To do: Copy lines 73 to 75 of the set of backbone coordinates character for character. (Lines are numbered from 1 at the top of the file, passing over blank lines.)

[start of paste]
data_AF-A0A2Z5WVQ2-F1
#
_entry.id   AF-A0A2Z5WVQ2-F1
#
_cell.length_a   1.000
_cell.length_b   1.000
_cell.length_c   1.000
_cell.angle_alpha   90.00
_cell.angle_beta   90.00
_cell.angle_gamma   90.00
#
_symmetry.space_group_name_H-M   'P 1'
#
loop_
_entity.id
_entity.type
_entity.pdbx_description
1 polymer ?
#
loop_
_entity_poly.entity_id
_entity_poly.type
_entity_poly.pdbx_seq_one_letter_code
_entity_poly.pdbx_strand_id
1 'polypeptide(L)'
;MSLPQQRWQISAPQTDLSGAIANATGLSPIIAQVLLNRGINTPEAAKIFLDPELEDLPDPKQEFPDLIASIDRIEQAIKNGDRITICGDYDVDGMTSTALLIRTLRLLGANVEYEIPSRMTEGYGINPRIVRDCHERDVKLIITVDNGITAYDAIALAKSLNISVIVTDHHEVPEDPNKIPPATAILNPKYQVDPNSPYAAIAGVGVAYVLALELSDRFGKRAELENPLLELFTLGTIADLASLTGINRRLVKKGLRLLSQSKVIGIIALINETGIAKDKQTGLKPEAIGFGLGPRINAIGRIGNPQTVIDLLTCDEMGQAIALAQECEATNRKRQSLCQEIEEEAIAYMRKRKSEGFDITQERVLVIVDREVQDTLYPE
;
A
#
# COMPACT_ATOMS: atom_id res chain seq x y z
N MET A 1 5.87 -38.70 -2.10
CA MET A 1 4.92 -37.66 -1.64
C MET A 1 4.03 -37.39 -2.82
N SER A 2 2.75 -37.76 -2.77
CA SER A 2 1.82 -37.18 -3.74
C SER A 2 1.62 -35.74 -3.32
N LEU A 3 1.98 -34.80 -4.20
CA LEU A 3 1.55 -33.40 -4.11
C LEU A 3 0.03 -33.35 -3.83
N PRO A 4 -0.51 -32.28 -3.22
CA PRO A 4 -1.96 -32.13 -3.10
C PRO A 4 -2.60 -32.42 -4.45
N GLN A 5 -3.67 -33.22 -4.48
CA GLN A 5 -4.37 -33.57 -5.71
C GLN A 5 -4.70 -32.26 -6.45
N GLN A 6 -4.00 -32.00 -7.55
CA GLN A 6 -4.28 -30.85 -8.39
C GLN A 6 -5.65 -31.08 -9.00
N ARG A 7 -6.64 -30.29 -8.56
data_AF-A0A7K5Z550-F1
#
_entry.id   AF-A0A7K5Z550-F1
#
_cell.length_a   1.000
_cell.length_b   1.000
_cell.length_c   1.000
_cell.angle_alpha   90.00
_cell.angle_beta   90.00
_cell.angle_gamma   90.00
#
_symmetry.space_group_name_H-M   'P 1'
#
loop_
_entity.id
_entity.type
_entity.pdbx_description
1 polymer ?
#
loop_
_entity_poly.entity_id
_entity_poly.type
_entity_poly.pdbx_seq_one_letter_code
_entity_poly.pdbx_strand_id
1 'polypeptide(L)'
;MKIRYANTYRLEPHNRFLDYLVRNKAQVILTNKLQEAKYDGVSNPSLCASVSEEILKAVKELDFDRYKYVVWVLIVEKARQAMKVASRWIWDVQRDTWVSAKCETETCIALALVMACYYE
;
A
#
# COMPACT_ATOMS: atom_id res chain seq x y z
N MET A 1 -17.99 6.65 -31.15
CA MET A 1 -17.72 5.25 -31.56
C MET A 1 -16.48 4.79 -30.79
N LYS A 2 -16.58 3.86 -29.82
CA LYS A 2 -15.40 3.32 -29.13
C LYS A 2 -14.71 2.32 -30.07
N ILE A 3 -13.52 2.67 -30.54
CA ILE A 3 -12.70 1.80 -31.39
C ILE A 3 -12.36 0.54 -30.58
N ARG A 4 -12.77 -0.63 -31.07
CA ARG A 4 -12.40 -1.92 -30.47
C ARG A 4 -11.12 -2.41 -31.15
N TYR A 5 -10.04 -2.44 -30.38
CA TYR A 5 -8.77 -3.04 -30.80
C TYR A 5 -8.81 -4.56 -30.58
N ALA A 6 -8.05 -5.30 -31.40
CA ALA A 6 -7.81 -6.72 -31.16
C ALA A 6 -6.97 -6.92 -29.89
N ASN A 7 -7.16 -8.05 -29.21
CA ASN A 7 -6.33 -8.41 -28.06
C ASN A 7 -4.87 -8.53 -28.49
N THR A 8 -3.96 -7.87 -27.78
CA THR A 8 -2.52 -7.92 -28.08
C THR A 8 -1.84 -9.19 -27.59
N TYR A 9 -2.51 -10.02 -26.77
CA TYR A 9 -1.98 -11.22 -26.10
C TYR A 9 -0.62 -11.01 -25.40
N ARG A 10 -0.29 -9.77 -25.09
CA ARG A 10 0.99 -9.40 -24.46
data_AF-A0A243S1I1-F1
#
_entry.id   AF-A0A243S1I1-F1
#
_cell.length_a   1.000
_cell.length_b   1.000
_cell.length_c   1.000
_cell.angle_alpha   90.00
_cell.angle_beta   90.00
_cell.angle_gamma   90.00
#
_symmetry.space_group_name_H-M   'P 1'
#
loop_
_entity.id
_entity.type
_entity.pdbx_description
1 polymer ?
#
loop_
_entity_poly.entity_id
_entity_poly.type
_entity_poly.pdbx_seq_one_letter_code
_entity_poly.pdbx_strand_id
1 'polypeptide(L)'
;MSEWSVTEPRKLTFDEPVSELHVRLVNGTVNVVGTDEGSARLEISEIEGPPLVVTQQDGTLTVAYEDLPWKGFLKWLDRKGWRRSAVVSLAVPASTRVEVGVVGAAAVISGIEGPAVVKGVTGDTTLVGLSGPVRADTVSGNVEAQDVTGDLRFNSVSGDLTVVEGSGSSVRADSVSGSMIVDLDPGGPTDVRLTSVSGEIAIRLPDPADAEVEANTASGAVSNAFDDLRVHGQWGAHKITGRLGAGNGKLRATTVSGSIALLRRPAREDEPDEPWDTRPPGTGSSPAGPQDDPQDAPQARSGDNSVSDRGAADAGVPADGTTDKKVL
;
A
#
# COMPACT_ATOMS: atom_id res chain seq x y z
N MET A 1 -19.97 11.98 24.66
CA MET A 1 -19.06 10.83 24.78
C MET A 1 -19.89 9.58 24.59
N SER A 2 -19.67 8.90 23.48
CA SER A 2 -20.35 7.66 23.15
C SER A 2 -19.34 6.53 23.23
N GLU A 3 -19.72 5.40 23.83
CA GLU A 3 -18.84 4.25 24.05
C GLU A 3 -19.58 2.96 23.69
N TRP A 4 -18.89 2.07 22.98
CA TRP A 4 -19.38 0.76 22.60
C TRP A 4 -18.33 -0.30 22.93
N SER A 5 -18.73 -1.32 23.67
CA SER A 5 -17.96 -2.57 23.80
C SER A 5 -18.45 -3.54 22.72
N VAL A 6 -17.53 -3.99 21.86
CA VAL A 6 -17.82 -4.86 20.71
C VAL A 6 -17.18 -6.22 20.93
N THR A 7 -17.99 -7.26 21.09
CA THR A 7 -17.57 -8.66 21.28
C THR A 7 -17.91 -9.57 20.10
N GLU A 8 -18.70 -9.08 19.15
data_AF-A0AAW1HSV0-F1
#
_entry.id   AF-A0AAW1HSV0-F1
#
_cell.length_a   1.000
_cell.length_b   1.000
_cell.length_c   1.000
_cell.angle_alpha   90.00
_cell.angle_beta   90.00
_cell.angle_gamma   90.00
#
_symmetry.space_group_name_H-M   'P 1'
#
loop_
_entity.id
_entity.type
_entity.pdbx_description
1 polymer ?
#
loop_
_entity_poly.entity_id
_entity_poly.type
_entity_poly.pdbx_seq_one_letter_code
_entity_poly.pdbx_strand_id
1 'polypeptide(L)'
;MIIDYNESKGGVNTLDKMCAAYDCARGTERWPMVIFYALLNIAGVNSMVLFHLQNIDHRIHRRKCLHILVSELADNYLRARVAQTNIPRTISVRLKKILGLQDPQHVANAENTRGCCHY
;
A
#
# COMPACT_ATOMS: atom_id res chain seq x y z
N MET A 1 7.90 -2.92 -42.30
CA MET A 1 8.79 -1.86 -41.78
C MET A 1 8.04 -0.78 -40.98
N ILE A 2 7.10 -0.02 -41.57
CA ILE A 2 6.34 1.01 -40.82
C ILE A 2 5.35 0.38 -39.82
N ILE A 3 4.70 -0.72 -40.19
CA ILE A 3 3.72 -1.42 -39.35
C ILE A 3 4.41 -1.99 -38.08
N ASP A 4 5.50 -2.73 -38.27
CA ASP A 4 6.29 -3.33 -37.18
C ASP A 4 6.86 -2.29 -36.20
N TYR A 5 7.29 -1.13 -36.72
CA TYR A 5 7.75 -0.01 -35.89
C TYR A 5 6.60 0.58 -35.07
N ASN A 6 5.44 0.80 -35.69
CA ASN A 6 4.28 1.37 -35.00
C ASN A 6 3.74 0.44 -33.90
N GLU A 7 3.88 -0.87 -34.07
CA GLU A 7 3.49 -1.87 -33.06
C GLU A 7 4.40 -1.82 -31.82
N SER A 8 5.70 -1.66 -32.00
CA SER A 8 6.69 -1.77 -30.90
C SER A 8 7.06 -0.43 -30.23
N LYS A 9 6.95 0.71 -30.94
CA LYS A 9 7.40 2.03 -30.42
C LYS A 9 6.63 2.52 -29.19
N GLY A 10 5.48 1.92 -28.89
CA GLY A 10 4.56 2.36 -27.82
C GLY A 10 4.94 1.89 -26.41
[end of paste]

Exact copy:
_entity_poly.pdbx_strand_id
1 'polypeptide(L)'
;MKIRYANTYRLEPHNRFLDYLVRNKAQVILTNKLQEAKYDGVSNPSLCASVSEEILKAVKELDFDRYKYVVWVLIVEKARQAMKVASRWIWDVQRDTWVSAKCETETCIALALVMACYYE